Apologies for this post being so late! I’ve been having a busy last couple days, what with school and work and writing and editing, and I haven’t found a lot of time to blog! Plus I spent most of my blogging time working on AAWC instead of my regular book posts. 😛
Now, a couple posts back, I mentioned a story that I’m going to be working on throughout the year – “That Plot Bunny.” I also hinted in another post that it’s set during WW2, and bits and pieces about it have leaked in the comments section.
And … today it is time to delve into the world of said plot bunny! (Are you excited? I’m excited.
Talking about my books is another excuse to talk about myself.)
I thought it might be best to just jump into this with a summary (and my precious WIP title/cover) because otherwise I might get nerves and never begin. 😉
A few things to keep in mind –
- The summary is very much a work-in-progress. Details will probably change, and there’s a bit more info in this one than would be included in an actual synopsis.
- The title is remaining for now. However, it’s by no means the final draft – mostly because I think most people are going to see it as “water with ice” instead of its true meaning*.
- Can I say again that the summary is rough and cliché and just plain awful? Because it really is … *winces*
*which I will talk about more later
Now, without further ado …
Water on the Rocks
Oregon, July 1942
Zion Oglivy has always rebelled against every trace of authority, from his parents to God, and now he’s sure he’s suffering his punishment. Three years ago, his world was turned upside down when a collision with a logging truck left him in a full body cast for six months … and without a wife. A pilot of the Army Air Corps, he will soon be shipped off to the Pacific, but not before he finds a secure place for his five-year-old half-Native American daughter, Patty, to stay until he returns … or if he doesn’t.
Linda Anderson lives a neat, orderly life and does what is right and proper no matter the cost. She volunteers in every area she can to help the war effort, her church, or whatever other cause needs aid and considers herself the model Christian for her efforts. When she finds out that one of her Sunday school student is half-Indian, she doesn’t know what to think. She’s been taught that Indians are untrustworthy savages; she can’t equate that image with this innocent little girl.
Zion and Linda take an instant dislike to each other – both represent exactly what the other is striving against. But when Linda’s parents agree to take care of Patty for the duration of the war – longer, if necessary – Linda ends up writing letters back and forth with the pilot – for Patty, of course.
Origin of the Title
See? Promised I’d explain!
Okay, so, until The Dalles Dam was built in 1957, there used to be a biiiig waterfall on the river above our town. It was called “Celilo Falls” and was an ancient Indian fishing ground.
I believe it was the Chinook* Indians who lived around it, but it was also a trading center. They built platforms to fish from. Some are still around.
*I need to research, haha.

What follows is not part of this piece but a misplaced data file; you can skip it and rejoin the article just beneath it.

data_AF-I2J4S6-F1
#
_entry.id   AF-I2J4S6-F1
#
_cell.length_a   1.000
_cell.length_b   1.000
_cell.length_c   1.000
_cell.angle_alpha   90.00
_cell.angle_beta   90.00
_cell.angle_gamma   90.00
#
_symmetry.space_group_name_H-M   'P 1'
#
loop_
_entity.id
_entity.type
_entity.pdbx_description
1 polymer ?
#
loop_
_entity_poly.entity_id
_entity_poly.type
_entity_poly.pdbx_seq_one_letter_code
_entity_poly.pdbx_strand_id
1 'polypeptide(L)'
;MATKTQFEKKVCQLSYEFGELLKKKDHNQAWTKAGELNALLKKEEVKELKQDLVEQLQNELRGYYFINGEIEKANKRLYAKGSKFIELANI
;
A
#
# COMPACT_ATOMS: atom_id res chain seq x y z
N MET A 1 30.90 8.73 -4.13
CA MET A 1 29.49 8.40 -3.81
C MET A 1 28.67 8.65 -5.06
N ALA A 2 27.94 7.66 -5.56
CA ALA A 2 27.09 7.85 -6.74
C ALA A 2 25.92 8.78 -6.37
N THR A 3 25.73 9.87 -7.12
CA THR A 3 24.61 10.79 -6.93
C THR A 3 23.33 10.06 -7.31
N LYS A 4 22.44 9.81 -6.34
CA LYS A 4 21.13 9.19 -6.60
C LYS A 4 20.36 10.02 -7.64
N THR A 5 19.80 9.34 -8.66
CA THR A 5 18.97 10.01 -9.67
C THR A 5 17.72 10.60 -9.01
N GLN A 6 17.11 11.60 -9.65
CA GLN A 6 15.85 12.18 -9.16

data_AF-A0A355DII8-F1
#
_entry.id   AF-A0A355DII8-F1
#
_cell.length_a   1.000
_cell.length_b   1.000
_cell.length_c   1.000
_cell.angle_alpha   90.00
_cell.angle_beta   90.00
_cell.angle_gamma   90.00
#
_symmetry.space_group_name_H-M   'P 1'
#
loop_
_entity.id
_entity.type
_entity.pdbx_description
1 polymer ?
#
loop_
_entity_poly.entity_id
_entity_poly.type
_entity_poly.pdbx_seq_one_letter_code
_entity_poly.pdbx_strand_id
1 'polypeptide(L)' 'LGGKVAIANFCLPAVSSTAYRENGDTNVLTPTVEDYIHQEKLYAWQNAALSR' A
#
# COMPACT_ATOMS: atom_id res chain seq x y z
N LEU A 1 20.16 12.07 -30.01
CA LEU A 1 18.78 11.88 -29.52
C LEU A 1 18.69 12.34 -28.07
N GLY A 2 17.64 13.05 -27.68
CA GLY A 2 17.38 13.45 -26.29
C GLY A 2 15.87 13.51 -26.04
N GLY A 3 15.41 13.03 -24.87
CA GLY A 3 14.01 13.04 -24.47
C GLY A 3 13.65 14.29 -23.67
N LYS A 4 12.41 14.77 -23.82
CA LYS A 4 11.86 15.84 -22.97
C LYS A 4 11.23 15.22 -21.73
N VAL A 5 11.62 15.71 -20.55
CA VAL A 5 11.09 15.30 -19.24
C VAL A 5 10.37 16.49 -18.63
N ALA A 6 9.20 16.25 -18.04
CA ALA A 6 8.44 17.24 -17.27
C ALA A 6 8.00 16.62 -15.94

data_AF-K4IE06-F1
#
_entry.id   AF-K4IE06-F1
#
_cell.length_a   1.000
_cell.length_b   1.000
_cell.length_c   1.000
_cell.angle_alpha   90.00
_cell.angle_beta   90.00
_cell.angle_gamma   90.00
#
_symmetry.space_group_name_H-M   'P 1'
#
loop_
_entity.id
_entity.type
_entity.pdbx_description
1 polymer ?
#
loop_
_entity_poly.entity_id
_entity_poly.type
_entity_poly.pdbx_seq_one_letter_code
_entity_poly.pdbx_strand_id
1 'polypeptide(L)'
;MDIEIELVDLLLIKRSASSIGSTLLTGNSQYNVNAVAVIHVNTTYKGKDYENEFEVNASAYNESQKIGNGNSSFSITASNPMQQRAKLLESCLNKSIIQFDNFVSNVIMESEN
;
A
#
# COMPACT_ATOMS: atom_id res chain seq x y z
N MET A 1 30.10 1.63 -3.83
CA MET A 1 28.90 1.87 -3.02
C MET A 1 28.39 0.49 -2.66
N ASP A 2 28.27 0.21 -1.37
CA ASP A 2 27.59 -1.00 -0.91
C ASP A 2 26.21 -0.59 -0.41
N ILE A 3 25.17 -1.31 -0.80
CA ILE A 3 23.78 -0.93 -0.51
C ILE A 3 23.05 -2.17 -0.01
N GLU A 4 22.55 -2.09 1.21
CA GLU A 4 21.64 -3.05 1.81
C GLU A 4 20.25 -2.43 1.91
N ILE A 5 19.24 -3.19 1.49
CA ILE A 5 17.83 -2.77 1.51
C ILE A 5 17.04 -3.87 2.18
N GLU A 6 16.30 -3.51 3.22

ANYWHO, the Indian word for this particular waterfall means “echo of falling water” or “sound of water upon the rocks.” And I was looking at that last name and going, “Hmmm … that’s so pretty.” And then I went, “I wonder if I could use that for the title?”
So, eventually I shortened it down to “Water on the Rocks.” It will have a meaning in the story – water pounding and destroying but still making a beautiful sound, etc., makes for a lovely analogy – but that’s where I got the idea from. And it’s cultural. So that’s fun. 🙂
A twenty-four-year-old pilot in the USAAC. The middle child of the Oglivy family was never really appreciated by his parents – essentially since he tended towards rebellion. He grew up on a cattle ranch outside of Bend, Oregon. He ran away from home when he was seventeen. Later, with his parents now retired to California, he went to visit his sister – and met a young woman of Native American heritage at a diner where she worked – having also escaped her family.
Patricia “Patty” Oglivy
Zion’s five-year-old daughter. Has been living with his sister Barbara since her mother died three years before. Very few people know that she’s part Indian. I haven’t exactly decided on her personality – I’m open for suggestions. 🙂
Zion’s bossy older sister, probably about twenty-seven. Has five children, not including a baby on the way.
Barbara’s husband. Former firefighter now joining the Navy.
Anthony “Tony” and Arthur “Art” Carder
Barbara’s six-year-old twin boys.
Barbara’s four and a half year old daughter.
Barbara’s three year old son.
Barbara’s two year old daughter.
Angela “Angie” Oglivy
Zion and Barbara’s younger sister, seventeen. Living with her sister.
Our heroine, probably early twenties. Linda is an only child – but her parents always expected much of her, so she’s never really felt totally beloved. In fact, she’s a little insecure of her parents’ love – especially her father’s. Still, she’s never brought this up to them, feeling that this is the natural state of things and that she needs to strive harder in response, so her parents aren’t necessarily aware that she feels like this.
And … I don’t feel like going more into Linda at the moment. 😉
Mr. and Mrs. Anderson
Linda’s parents. Not gonna go into them …
There will be other characters, probably, but those are the major ones.
And … that’s about it! I’m not gonna go into it more.
I hope you enjoyed my post. It’s late. I need to go. 😛
Does my book sound as awesome to you as it does to me? (Okay, I’m kidding, I’m kidding.) But seriously, are you excited for it at all? Do you enjoy books set during WW2? WW2 romances? AWESOME BOOKS BECAUSE I WROTE IT AND IT’S GOING TO BE AWESOME???!!!
(Whoa, my ego is over the roof tonight.) Any questions about this WIP that I didn’t answer?